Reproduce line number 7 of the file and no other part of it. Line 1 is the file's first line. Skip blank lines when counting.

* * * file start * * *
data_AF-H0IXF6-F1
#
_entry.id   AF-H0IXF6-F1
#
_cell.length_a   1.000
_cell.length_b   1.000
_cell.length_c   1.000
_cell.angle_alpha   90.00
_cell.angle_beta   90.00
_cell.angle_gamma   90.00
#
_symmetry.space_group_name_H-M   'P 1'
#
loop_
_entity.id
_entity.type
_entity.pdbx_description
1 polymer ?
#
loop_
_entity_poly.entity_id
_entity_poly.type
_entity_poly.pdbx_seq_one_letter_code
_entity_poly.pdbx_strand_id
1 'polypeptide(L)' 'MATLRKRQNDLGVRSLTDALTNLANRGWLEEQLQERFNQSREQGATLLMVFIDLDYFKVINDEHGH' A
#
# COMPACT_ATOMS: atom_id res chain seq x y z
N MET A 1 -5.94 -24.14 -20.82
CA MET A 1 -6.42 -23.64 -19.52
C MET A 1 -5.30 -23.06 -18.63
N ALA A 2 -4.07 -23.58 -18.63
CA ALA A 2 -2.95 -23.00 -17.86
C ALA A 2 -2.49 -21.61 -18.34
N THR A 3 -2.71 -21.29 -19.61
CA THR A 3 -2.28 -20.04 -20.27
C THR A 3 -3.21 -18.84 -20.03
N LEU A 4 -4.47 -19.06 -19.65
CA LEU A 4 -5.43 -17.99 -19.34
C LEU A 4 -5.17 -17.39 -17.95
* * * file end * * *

_cell.length_c   1.000